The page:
Here’s to the witnesses. Here’s to the ordinary Americans who, happening upon a grisly scene — the life of a defenseless man, George Floyd, being slowly snuffed out by a uniformed officer of the law — reacted in ways extraordinary for our cold-hearted times: They reacted with humanity. Recognizing another human being was in mortal danger and in desperate need of help, these human beings wanted to extend that help, they wanted to intervene, they wanted to save his life.
For that human impulse alone, at a time when simple fellow-feeling in the body politic is almost nil, these witnesses deserve our gratitude. Called now to testify in court 10 months later, they recall vividly, and tearfully, their relationship — human to human — to Mr. Floyd, a man whom they had never met.
There is Charles McMillian, 61, first on the scene, in court breaking down uncontrollably when viewing video of George Floyd’s last minutes of life, necessitating a recess to the proceedings. There is the young girl, 17 at the time, Darnella Frazier, who testified that, since that awful day, there have “been nights I’ve stayed up apologizing and apologizing to George Floyd for not doing more.” Her effort to help — to document the heinousness she was witnessing — was the video that went viral around the world. There is Ms. Frazier’s 9-year-old cousin, who testified she could see Floyd was “hurting.” There was Donald Williams, 33, a former mixed martial arts instructor, trying to intercede with the officer — Derek Chauvin, now on trial for murder — warning him that his knee to Floyd’s neck was a “blood choke”; afterwards Williams (pictured above) “called the police on the police,” dialing 911. There was Genevieve Hansen, 27, an off-duty firefighter, who pleaded with Officer Chauvin to take Mr. Floyd’s pulse, start CPR: “I was desperate to help.” In a testy exchange with Chauvin’s lawyer, Ms. Hansen defended the crowd in their becoming upset: “I don’t know if you’ve seen anybody been killed, but it’s upsetting.”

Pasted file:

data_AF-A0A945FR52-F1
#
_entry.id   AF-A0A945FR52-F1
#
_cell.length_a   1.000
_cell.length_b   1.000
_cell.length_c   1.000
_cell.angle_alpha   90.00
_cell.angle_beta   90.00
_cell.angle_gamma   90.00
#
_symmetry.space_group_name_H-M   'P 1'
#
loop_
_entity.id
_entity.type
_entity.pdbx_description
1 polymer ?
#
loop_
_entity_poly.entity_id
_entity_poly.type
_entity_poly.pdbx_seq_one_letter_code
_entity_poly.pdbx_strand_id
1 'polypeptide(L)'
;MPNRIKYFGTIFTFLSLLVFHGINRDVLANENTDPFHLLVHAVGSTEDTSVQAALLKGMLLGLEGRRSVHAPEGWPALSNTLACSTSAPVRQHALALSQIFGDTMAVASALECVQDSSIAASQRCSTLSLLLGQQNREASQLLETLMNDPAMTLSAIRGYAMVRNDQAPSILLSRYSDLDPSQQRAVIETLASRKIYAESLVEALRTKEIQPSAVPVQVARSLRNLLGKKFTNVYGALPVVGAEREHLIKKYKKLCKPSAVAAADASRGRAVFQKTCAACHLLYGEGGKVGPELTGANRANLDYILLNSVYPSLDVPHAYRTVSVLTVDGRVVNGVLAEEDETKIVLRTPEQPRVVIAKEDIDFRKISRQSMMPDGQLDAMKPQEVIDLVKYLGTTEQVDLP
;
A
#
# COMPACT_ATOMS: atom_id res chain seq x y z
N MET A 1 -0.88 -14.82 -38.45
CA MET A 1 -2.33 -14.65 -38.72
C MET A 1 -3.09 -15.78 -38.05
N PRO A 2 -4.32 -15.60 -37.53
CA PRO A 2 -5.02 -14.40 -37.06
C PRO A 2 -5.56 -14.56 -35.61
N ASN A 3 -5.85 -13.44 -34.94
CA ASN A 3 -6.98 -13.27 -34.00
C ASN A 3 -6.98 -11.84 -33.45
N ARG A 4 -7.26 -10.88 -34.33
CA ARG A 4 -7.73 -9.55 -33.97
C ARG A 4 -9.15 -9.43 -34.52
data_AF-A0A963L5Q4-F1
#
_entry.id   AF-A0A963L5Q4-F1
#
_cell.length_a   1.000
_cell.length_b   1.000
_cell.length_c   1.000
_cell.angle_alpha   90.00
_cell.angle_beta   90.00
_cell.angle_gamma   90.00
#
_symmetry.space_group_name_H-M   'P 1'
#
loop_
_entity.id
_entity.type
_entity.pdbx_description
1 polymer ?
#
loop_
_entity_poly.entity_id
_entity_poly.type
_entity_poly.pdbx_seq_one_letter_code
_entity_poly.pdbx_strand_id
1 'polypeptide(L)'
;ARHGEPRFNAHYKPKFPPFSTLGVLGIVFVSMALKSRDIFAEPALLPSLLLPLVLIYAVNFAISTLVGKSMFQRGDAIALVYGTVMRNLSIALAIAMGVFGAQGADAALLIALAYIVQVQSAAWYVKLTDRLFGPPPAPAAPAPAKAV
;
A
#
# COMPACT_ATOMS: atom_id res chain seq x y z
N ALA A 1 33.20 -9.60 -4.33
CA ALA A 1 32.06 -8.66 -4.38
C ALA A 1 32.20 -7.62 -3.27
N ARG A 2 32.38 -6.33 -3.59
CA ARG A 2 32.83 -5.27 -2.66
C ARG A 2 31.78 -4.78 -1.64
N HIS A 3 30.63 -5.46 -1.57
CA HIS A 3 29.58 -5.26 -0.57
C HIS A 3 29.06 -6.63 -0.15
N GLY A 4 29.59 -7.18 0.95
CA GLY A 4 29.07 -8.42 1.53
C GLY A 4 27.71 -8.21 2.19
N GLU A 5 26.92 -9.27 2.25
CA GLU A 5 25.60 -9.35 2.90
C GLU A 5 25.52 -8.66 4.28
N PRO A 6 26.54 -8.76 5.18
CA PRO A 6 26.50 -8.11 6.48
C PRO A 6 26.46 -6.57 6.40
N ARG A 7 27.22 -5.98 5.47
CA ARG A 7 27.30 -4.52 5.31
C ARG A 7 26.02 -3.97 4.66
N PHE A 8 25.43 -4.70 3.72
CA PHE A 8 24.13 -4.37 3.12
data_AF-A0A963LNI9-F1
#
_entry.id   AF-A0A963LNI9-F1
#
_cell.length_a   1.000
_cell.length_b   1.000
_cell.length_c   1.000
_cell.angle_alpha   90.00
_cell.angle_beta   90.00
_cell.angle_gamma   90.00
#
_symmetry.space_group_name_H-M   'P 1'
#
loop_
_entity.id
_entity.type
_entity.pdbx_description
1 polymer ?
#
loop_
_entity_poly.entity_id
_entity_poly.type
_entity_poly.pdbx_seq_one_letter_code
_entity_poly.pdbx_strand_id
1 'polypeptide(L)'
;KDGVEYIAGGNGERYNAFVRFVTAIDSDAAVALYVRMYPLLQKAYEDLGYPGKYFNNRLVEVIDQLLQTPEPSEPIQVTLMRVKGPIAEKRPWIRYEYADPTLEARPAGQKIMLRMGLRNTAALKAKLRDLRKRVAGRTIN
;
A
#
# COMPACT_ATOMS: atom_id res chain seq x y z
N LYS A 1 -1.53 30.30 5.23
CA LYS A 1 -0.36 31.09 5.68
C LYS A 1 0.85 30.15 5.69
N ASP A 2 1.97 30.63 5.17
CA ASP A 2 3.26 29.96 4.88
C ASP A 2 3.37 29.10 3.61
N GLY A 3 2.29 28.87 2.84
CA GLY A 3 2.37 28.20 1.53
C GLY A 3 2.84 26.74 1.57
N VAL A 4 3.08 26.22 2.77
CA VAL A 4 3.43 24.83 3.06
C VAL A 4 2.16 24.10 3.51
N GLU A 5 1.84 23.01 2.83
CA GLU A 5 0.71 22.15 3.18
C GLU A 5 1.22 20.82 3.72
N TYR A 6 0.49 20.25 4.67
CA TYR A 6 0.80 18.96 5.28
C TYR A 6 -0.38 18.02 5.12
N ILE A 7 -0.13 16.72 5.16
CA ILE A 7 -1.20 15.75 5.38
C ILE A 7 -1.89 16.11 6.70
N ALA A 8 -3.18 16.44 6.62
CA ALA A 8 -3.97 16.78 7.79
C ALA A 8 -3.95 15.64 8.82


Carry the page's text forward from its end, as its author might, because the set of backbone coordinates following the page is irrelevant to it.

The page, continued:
Human, too, was the common feeling expressed at trial: that of helplessness in the face of overpowering force, here the force of the state. Mr. McMillian expressed it for all the witnesses when he said, between sobs, “Oh my God, I couldn’t help but feel helpless.”
Again, the humanity of the witnesses, reacting at basal level to the spectacle of another human being in extreme distress. And their helplessness.
While all the world knows that George Floyd was a Black man; and while many white Americans saw in Officer Chauvin’s nonchalance not only white supremacy at work on Black America but his expectation he’d escape criminal accountability; and while this trial is being viewed as another verdict on racial justice and accountability in America, the witnesses themselves — tellingly — did not underscore the Black aspect of this whole troubling event. Instead, as cited above, it was the human note they struck, over and over and over. (All the above-cited witnesses, except Ms. Hansen, are Black.)